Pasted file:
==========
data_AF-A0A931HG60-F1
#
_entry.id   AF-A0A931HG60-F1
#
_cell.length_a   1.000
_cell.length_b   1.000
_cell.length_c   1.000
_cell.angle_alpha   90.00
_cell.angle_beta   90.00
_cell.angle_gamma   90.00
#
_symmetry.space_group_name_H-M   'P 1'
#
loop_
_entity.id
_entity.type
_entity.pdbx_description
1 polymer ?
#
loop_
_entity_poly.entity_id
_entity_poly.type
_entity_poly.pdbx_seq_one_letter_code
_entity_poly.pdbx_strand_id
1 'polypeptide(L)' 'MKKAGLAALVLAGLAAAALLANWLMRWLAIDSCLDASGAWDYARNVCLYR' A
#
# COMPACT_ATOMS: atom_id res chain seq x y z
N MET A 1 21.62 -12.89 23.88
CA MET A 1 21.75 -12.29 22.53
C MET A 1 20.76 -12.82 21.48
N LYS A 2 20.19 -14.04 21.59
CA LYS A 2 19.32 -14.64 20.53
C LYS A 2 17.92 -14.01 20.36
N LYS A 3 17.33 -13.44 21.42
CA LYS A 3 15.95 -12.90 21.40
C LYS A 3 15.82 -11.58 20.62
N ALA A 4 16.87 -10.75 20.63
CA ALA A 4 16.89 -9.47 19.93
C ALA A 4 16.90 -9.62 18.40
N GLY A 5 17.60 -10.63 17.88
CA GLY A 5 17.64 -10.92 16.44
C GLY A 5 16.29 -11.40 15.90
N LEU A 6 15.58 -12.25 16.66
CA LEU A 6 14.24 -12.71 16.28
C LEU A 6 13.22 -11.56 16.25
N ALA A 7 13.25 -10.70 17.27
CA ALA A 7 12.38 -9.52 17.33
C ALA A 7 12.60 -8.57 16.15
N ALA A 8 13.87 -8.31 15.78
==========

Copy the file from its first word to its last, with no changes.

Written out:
data_AF-A0A931HG60-F1
#
_entry.id   AF-A0A931HG60-F1
#
_cell.length_a   1.000
_cell.length_b   1.000
_cell.length_c   1.000
_cell.angle_alpha   90.00
_cell.angle_beta   90.00
_cell.angle_gamma   90.00
#
_symmetry.space_group_name_H-M   'P 1'
#
loop_
_entity.id
_entity.type
_entity.pdbx_description
1 polymer ?
#
loop_
_entity_poly.entity_id
_entity_poly.type
_entity_poly.pdbx_seq_one_letter_code
_entity_poly.pdbx_strand_id
1 'polypeptide(L)' 'MKKAGLAALVLAGLAAAALLANWLMRWLAIDSCLDASGAWDYARNVCLYR' A
#
# COMPACT_ATOMS: atom_id res chain seq x y z
N MET A 1 21.62 -12.89 23.88
CA MET A 1 21.75 -12.29 22.53
C MET A 1 20.76 -12.82 21.48
N LYS A 2 20.19 -14.04 21.59
CA LYS A 2 19.32 -14.64 20.53
C LYS A 2 17.92 -14.01 20.36
N LYS A 3 17.33 -13.44 21.42
CA LYS A 3 15.95 -12.90 21.40
C LYS A 3 15.82 -11.58 20.62
N ALA A 4 16.87 -10.75 20.63
CA ALA A 4 16.89 -9.47 19.93
C ALA A 4 16.90 -9.62 18.40
N GLY A 5 17.60 -10.63 17.88
CA GLY A 5 17.64 -10.92 16.44
C GLY A 5 16.29 -11.40 15.90
N LEU A 6 15.58 -12.25 16.66
CA LEU A 6 14.24 -12.71 16.28
C LEU A 6 13.22 -11.56 16.25
N ALA A 7 13.25 -10.70 17.27
CA ALA A 7 12.38 -9.52 17.33
C ALA A 7 12.60 -8.57 16.15
N ALA A 8 13.87 -8.31 15.78